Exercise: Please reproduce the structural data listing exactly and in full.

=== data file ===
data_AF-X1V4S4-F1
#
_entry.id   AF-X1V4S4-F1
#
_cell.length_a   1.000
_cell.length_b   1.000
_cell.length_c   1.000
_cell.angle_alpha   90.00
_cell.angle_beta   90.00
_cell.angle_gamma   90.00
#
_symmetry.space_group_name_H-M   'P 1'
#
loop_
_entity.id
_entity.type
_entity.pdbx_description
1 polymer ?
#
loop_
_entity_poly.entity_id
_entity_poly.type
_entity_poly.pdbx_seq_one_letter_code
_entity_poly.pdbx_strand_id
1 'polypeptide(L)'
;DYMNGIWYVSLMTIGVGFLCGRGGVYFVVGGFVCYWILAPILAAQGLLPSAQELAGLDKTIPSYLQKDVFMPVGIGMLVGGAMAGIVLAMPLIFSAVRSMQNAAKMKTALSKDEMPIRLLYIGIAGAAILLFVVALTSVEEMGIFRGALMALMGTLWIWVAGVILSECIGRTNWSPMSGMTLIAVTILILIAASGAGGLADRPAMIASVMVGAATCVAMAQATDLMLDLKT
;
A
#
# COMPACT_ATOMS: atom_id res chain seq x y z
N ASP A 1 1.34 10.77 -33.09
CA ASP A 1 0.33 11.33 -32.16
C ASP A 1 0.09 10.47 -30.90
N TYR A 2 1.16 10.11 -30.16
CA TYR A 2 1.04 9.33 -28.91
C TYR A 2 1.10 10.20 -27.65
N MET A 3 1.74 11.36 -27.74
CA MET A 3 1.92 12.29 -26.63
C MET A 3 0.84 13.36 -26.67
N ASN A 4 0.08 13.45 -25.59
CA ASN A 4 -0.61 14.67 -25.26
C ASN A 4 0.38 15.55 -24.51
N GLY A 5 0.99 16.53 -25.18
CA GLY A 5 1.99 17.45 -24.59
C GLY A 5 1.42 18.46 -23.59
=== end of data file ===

data_AF-X1V4S4-F1
#
_entry.id   AF-X1V4S4-F1
#
_cell.length_a   1.000
_cell.length_b   1.000
_cell.length_c   1.000
_cell.angle_alpha   90.00
_cell.angle_beta   90.00
_cell.angle_gamma   90.00
#
_symmetry.space_group_name_H-M   'P 1'
#
loop_
_entity.id
_entity.type
_entity.pdbx_description
1 polymer ?
#
loop_
_entity_poly.entity_id
_entity_poly.type
_entity_poly.pdbx_seq_one_letter_code
_entity_poly.pdbx_strand_id
1 'polypeptide(L)'
;DYMNGIWYVSLMTIGVGFLCGRGGVYFVVGGFVCYWILAPILAAQGLLPSAQELAGLDKTIPSYLQKDVFMPVGIGMLVGGAMAGIVLAMPLIFSAVRSMQNAAKMKTALSKDEMPIRLLYIGIAGAAILLFVVALTSVEEMGIFRGALMALMGTLWIWVAGVILSECIGRTNWSPMSGMTLIAVTILILIAASGAGGLADRPAMIASVMVGAATCVAMAQATDLMLDLKT
;
A
#
# COMPACT_ATOMS: atom_id res chain seq x y z
N ASP A 1 1.34 10.77 -33.09
CA ASP A 1 0.33 11.33 -32.16
C ASP A 1 0.09 10.47 -30.90
N TYR A 2 1.16 10.11 -30.16
CA TYR A 2 1.04 9.33 -28.91
C TYR A 2 1.10 10.20 -27.65
N MET A 3 1.74 11.36 -27.74
CA MET A 3 1.92 12.29 -26.63
C MET A 3 0.84 13.36 -26.67
N ASN A 4 0.08 13.45 -25.59
CA ASN A 4 -0.61 14.67 -25.26
C ASN A 4 0.38 15.55 -24.51
N GLY A 5 0.99 16.53 -25.18
CA GLY A 5 1.99 17.45 -24.59
C GLY A 5 1.42 18.46 -23.59